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Disputes as to proper parties to arbitration agreement may be reviewed by the court   

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Authored by: KK Cheung

In R v A, B and C [2023] HKCFI 2034, the court held that an arbitral award finding that C was the true party to an agreement and therefore in effect finding that she was a party to the arbitration clause in the agreement, was a decision on the arbitral tribunal’s jurisdiction over C and the parties to the arbitration. The award was therefore amenable to review under s.34 of the Arbitration Ordinance. The court, having reviewed the matter de novo, found that C had failed to discharge the burden of proving that she was the true party to the agreement. Accordingly, the tribunal had no jurisdiction over her claims in the arbitration and the award as between C and R was set aside by the court.

Background

R and A had entered into a limited partnership agreement (2nd Amended LPA).  C was never a signatory, nor was she named in the agreement.  On C’s case, R was her agent and nominee in making investments, so as to mitigate the expense and delays from Mainland foreign exchange controls and overseas direct investment restrictions. According to C, the 2nd Amended LPA was signed by R as agent for and on her behalf, and she was the principal and beneficiary entitled to all rights under and to enforce the 2nd LPA.  C claimed that she had reimbursed R for the funding for the investment in question (RMB 300 million).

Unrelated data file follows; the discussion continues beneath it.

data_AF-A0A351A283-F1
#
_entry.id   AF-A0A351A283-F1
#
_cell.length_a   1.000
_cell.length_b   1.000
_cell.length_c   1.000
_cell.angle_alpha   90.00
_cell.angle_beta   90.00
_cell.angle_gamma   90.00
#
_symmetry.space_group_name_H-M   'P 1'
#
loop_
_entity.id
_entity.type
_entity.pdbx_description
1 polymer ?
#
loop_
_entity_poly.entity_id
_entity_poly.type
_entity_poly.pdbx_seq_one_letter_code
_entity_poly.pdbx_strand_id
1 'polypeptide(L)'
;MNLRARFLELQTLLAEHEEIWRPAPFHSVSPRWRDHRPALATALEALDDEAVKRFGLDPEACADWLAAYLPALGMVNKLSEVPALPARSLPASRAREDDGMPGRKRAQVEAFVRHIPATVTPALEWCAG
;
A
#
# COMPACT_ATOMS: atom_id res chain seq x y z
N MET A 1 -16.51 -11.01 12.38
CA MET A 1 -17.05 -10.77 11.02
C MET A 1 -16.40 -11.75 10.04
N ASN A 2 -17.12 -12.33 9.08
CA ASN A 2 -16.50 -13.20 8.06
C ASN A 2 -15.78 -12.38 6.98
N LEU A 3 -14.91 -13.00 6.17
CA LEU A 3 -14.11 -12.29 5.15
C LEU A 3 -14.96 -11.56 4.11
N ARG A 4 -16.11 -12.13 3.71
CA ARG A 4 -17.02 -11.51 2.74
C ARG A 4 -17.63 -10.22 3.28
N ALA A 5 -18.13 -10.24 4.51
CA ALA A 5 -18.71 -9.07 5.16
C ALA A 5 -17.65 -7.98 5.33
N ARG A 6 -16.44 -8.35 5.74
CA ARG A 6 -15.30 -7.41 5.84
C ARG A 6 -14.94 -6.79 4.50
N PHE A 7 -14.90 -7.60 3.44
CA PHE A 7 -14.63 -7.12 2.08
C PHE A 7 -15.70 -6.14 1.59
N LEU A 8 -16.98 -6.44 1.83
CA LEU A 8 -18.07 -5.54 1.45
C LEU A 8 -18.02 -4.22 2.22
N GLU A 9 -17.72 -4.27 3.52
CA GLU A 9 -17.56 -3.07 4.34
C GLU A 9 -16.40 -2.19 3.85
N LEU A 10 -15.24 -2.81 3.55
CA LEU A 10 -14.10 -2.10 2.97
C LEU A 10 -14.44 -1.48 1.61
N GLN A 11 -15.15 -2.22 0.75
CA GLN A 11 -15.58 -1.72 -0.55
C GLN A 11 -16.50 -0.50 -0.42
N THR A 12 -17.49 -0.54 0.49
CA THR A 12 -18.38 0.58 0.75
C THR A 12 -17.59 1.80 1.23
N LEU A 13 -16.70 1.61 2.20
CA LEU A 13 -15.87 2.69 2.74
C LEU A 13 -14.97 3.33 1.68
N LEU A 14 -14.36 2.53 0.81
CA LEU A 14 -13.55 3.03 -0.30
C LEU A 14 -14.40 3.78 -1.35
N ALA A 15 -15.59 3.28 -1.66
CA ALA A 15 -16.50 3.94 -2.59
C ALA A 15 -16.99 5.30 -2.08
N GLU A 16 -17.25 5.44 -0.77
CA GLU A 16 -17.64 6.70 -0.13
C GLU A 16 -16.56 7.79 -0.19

Arbitration clause

The 2nd Amended LPA contained an arbitration clause. Arbitration was initiated by R against A and B, claiming their breach of the 2nd Amended LPA. When C learned of the arbitration, she made a request to be joined to it and sought declarations that she was R’s true principal in relation to the investment and beneficial owner of it.  R challenged the right of C to be joined in the arbitration.  C was granted the provisional right to intervene in the arbitration, the HKIAC having notified the parties that the decision to grant C’s joinder request on a preliminary basis would not prejudice R’s right, as Claimant, to challenge the tribunal’s jurisdiction over C, once the tribunal had been fully constituted.

The tribunal then went on to determine as a Preliminary Question whether R or C was the true principal and/or party to the 2nd Amended LPA and whether the tribunal therefore had jurisdiction over C or R.

Tribunal’s partial final award on jurisdiction

The tribunal issued a “Partial Final Award on Jurisdiction” (Award), finding that C, and not R, was the true principal and party to the 2nd Amended LPA, based on its finding that the RMB300 million was a payment in respect of the investment and that C was therefore the beneficial owner of the investment.

Application to set aside award